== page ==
LIMITLESS ESCAPE ROOM. If you're travelling with a group of friends or even in a couple we really enjoyed our time at Limitless Escape Room. The staff are really friendly and the task itself was fun and more on the medium - difficult side to complete which our fellow escape room aficionados commented on.


DIN TAI FUNG. This michelin starred restaurant is opening up locations internationally, but as the original home make sure to book in advance or accept to wait in line to try their infamous pork dumplings and their beef noodle soup. The freshly made pastry can be witnessed through the spectator area where an efficient team work hard in the kitchens to produce the tasty little morsels.

FU HANG SOY MILK. For breakfast make sure to check out Fu Hang Soy Milk. The restaurant opens from 5.30am with a long queue that winds around the building and up the stairs so prepare to wait if you plan on visiting. We recommend the hot soy milk and the oily bread stick.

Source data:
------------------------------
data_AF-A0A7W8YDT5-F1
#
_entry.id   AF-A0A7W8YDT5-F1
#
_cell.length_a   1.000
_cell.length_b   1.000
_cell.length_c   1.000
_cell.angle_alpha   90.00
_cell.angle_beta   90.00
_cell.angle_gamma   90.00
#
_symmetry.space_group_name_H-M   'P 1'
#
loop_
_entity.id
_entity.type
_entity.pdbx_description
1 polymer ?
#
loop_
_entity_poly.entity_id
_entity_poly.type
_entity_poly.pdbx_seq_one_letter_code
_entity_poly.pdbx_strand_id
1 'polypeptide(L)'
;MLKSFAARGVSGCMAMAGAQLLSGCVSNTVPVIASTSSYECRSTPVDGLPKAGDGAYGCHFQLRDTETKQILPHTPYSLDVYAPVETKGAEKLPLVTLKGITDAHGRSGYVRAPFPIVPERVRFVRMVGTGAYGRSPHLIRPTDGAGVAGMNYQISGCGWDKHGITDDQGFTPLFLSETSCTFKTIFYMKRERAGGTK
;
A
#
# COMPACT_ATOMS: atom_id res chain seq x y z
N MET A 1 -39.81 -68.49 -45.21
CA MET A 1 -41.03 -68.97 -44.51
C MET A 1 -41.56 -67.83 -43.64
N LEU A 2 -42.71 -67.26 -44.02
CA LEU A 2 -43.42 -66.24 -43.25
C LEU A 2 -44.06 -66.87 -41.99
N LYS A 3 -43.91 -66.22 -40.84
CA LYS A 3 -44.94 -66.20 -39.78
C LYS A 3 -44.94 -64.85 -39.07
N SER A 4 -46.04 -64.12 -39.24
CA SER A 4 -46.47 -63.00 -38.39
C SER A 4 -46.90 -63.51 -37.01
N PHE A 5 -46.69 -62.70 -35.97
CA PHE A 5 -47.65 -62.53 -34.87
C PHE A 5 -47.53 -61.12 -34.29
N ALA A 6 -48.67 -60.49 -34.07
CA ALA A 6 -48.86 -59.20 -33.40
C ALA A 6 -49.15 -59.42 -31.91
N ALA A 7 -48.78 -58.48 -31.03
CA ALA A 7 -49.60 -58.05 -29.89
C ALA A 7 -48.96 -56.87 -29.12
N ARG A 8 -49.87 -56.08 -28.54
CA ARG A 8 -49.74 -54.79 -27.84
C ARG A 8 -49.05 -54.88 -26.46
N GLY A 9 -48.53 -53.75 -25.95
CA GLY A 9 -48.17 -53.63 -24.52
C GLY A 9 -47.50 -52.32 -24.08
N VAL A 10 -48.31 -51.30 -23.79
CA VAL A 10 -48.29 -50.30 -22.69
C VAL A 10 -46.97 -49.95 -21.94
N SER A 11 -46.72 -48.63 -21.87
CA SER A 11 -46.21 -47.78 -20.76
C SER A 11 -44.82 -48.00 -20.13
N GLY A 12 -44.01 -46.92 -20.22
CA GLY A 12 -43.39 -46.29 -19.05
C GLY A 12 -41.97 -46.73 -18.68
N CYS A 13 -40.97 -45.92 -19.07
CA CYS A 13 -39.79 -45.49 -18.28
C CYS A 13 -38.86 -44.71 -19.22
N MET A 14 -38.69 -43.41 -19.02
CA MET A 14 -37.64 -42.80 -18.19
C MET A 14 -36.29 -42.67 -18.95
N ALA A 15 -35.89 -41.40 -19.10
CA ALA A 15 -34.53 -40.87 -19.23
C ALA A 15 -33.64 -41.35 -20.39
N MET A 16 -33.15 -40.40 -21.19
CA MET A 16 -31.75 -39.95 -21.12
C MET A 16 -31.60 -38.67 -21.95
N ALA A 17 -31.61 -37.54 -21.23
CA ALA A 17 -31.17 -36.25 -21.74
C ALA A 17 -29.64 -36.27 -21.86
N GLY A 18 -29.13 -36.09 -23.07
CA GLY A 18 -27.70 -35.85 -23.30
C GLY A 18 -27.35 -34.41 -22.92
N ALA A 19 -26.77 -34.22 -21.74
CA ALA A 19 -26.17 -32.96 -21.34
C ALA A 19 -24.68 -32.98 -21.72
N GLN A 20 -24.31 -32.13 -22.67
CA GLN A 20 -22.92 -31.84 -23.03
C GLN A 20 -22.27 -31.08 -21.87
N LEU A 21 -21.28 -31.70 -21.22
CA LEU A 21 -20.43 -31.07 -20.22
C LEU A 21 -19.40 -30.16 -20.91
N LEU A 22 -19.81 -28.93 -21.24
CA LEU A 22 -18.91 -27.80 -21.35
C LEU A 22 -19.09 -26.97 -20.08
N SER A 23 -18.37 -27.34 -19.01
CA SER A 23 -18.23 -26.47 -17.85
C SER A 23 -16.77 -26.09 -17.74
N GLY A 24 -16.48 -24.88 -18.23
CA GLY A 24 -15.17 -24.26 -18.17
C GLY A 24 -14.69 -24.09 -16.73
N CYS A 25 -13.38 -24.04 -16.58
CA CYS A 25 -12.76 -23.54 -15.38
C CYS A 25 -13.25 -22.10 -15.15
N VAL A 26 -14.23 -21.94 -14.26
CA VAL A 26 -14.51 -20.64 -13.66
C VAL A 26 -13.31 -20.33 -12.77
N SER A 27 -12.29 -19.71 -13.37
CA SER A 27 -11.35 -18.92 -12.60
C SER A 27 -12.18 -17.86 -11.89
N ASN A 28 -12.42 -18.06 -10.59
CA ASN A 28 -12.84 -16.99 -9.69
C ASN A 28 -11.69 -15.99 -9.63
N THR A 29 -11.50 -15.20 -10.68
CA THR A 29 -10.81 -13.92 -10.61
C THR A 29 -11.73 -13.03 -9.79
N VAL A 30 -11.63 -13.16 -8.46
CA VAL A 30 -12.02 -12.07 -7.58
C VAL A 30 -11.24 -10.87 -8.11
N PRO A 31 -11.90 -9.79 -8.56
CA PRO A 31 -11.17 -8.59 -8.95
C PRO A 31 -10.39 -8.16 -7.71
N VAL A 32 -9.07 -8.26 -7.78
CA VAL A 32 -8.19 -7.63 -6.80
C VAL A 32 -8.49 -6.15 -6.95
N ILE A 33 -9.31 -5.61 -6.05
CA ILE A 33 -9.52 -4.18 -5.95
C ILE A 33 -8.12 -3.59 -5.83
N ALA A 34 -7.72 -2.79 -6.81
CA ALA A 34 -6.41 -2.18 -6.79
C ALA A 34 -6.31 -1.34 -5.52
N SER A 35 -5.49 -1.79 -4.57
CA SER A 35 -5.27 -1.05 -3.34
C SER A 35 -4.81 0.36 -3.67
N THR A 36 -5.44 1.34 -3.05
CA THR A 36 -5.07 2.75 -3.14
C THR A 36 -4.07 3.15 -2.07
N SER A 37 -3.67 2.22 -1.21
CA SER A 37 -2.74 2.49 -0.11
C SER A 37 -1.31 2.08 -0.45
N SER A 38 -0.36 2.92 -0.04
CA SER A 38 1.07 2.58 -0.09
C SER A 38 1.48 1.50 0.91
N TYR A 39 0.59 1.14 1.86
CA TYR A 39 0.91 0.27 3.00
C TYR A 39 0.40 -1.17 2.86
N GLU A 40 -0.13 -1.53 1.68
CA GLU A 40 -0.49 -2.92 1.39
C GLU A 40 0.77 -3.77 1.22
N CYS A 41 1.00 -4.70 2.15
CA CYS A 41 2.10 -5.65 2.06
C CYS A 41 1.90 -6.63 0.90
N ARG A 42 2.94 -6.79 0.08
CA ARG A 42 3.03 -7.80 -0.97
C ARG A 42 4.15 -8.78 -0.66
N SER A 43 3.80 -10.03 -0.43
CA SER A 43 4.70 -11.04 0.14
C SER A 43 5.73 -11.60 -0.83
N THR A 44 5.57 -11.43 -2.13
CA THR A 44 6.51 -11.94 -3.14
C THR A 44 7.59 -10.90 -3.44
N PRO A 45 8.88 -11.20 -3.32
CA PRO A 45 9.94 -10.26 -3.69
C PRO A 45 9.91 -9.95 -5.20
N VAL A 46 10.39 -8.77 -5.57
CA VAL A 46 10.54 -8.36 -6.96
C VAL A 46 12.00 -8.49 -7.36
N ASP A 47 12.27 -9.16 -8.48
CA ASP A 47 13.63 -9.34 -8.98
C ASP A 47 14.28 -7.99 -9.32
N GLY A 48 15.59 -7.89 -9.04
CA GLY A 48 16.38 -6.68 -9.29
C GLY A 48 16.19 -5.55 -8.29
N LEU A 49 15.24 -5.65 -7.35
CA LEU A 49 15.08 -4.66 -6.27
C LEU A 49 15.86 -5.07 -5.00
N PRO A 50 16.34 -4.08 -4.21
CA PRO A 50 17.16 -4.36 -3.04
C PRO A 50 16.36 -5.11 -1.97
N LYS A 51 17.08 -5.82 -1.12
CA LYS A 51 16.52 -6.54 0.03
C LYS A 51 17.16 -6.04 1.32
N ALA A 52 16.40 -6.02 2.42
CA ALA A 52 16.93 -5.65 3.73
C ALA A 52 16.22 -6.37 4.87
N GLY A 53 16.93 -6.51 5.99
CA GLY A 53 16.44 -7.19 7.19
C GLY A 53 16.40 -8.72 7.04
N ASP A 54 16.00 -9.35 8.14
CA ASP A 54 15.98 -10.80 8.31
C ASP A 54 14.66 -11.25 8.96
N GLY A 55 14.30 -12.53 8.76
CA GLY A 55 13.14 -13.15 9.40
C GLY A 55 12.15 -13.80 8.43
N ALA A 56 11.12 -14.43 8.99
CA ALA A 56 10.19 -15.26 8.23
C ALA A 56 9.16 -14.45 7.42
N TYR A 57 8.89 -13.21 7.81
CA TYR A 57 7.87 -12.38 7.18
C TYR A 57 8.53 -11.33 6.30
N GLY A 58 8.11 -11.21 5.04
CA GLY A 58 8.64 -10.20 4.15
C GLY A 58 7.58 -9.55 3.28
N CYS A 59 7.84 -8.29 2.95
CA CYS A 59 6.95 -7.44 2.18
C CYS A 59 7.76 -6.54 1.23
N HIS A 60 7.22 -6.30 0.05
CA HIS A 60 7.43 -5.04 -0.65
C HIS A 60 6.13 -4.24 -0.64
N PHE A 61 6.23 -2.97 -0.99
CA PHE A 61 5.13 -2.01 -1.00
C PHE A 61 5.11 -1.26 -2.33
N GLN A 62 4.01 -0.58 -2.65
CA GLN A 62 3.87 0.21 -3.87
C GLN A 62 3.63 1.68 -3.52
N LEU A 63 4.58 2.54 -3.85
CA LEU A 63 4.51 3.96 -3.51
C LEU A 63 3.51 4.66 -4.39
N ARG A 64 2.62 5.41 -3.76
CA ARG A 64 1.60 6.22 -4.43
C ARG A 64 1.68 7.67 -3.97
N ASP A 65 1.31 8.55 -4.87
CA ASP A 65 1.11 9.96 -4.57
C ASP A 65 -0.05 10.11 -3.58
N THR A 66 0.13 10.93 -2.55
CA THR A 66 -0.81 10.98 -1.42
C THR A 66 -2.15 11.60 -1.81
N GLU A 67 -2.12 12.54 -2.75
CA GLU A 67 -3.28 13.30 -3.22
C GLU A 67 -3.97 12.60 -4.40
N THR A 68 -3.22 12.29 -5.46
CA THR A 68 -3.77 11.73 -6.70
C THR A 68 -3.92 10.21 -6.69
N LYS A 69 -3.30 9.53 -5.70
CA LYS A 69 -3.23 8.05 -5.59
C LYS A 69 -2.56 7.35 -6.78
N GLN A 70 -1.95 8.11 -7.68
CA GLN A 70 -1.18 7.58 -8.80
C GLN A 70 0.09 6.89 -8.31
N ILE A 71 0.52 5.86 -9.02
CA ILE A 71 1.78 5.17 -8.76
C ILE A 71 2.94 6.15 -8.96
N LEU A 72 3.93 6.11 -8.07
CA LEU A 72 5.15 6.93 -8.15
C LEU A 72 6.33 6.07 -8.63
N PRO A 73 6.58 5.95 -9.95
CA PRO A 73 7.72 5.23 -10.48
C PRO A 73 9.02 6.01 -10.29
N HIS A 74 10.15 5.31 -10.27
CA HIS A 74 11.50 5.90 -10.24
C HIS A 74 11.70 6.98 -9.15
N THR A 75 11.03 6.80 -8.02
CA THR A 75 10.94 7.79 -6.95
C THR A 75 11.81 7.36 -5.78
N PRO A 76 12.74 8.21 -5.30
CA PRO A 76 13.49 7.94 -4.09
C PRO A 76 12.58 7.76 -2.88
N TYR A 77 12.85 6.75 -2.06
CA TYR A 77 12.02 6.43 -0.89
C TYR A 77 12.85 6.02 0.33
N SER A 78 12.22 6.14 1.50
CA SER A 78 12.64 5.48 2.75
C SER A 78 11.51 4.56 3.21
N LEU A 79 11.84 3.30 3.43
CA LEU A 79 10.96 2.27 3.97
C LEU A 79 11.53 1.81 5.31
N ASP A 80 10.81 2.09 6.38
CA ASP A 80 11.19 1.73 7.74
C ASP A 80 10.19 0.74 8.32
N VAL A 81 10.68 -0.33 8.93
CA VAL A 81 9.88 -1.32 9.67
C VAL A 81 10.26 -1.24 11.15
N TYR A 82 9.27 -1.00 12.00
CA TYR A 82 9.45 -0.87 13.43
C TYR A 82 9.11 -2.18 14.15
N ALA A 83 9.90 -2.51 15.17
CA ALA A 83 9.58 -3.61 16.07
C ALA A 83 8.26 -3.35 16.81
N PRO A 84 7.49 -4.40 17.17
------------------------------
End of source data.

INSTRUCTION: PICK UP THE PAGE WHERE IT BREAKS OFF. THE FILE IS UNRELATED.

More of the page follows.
ICE MONSTER. Whether it's deep into the summer months of winter time we always include Ice Monster on the list. Essentially a bowl full of shaved milky coloured ice with a selection of pre chosen toppings such as fruit, peanuts, green tea and chocolate but there's just something about this place that makes it stand out amongst the rest of ice dessert places. Our favourites are the fresh mango ice which they serve in the summer (or frozen mango when not in season) and the hot bowl of traditional red bean soup.

  • When travelling in Taipei, the Metro is as easy to navigate as the Underground is in London. All you require is the Taipei Easycard which you can purchase at the airport, 7/11 or Family Mart for 100NT (approx £3) and from there you can top up and use it on a pay as you go system where a single journey can cost as little as 30NT (approx 80p). All credit left on the card can be refunded to you at the end of your travels.